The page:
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Foreign Direct Investment


Foreign Direct Investment

Why is FDI increasing in the world
Why do firms often prefer FDI to other
market entry strategies?
Why are certain locations favored for FDI?
How does political ideology affect
government FDI policy?
What are key FDI related costs and
benefits for receiving and source

Foreign Direct Investment

Involves ownership of entity abroad for
Access of raw materials or other resource

Parent has direct managerial control

Depending on its extent of ownership and
On other contractual terms of the FDI

No managerial involvement = portfolio investment

FDI - Flow versus stock

FDI occurs when a firm invests directly in
facilities to produce and/or market a product in a
foreign country
Flow: Amount of FDI over a period of time (one year)
Stock: Total accumulated value of foreign owned assets
at a given point of time

FDI is not the investment by individuals, firms or

public bodies in foreign financial instruments

Why is FDI important ?

Firms want a presence in foreign markets
Firms want control over growth of these foreign
To gain first mover advantages
To ward off competitors
To determine locations, advertising and other related
strategic decisions in the firms interest

Trends in FDI
Flow and stock increased in the last 30 years
In spite of decline of trade barriers, FDI has grown
more rapidly than world trade because:
Businesses fear protectionist pressures
FDI is seen as a way of circumventing trade barriers
Dramatic political and economic changes in many parts of
the world
Globalization of the world economy has raised the vision
of firms who now see the entire world as their market

FDI Growth in the World Economy

FDI Outflow: $35 billion in 75 to $1.3 trillion in 00 to $620
billion in 04

FDI Flow (from all countries): from 92 to 04 up 260%,

compared to trade up 100% and world output up 32%

FDI Stock: $3.5 trillion by 97 to more than $ 8.1 trillion in 03

In 03:

61,000 MNEs had:

9,00,000 foreign affiliates
54 million employees
$17.6 trillion in global sales

$9.2 trillions global exports


FDI flow growing faster than world trade and world output

FDI- inflows & outflows

Direction and Source of FDI

Most FDI flow has been to developed countries from
developed countries

Much to the US from EU, Japan

FDI increase to developing countries since 85

Much to the emerging Asian and Latin

America economies
Africa lagging

Inflows in developed vs. developing countries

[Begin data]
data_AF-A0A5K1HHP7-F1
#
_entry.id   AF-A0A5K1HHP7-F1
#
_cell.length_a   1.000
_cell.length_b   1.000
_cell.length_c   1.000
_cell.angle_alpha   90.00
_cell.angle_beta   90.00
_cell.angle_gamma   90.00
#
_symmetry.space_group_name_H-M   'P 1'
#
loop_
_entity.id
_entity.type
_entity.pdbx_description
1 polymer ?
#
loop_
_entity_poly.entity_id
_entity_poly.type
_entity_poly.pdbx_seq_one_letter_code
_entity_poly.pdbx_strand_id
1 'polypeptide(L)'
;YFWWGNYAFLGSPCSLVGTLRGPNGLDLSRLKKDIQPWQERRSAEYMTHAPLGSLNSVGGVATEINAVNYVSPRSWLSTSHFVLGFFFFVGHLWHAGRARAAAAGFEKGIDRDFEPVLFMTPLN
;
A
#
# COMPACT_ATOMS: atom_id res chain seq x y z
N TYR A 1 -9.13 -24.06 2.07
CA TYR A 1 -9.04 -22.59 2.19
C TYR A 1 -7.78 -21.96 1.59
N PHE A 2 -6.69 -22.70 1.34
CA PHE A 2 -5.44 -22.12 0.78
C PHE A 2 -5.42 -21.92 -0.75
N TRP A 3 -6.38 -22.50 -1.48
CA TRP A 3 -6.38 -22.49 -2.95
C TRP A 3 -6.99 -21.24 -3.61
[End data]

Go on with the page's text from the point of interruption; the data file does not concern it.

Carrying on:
Outflows in developed vs. developing countries

FDI trends: 2001-2002

The value of FDI
slumped almost 60
percent in 2001-2002
Slowdown in world
Heightened geopolitical
uncertainty since
September 11, 2001
Bursting of the stock
market bubble in the US

Developed countries- FDI outflows

Top 10 sources of FDI outflows, 2005-06

Types of FDI

Types of FDI

Types of FDI

Types of FDI
Horizontal FDI:
Investment in the same industry abroad as a firm
operates in at home

Vertical FDI:
Backward Vertical FDI: investment in an industry
abroad that provides inputs for the firms domestic
production processes eg: oil refining, Royal
Dutch/shell, British petroleum etc.)
Forward Vertical FDI: investment in which an industry
abroad sells the outputs of the firms domestic
production processes eg: Volkswagon in U.S.

Types of FDI

Types of FDI: By Motive

Resources seeking - looking for resources at a
lower real cost.
Market seeking - secure market share and sales
growth in target foreign market.
Efficiency seeking - seeks to establish efficient
structure through useful factors, cultures,
policies, or markets.
Strategic asset seeking - seeks to acquire assets
in foreign firms that promote corporate long
term objectives.

Types of FDI

Green-field Ventures

A Greenfield Investment is the

investment in a manufacturing, office,
or other physical company-related
structure or group of structures in an
area where no previous facilities exist.
The name comes from the idea of
building a facility literally on a
"green" field, such as farmland or a
Green field operation:
Mostly in developing nations

Mergers & Acquisitions

Mergers and
Quicker to execute.
Foreign firms have
valuable strategic
Believe they can
increase the
efficiency of the
acquired firm

More prevalent in
developed nations

FDI when and why?

Transportation costs are high
Market Imperfections (Internalization Theory)
Impediments to the free flow of products between
Impediments to the sale of know-how

Follow the lead of a competitor - strategic rivalry

Product Life Cycle - however, does not explain
when it is profitable to invest abroad
Location specific advantages (natural

Pattern of FDI Explanations

Eclectic paradigm of FDI (John Dunning)
Combines ownership specific, location specific, and
internalization specific advantages
Explains FDI decision over a decision to enter through
licensing or exports

Pattern of FDI Explanations

Eclectic Paradigm of FDI (Dunning)
Ownership advantage: creates a
monopolistic advantage to be used in
markets abroad
Unique ownership advantage protected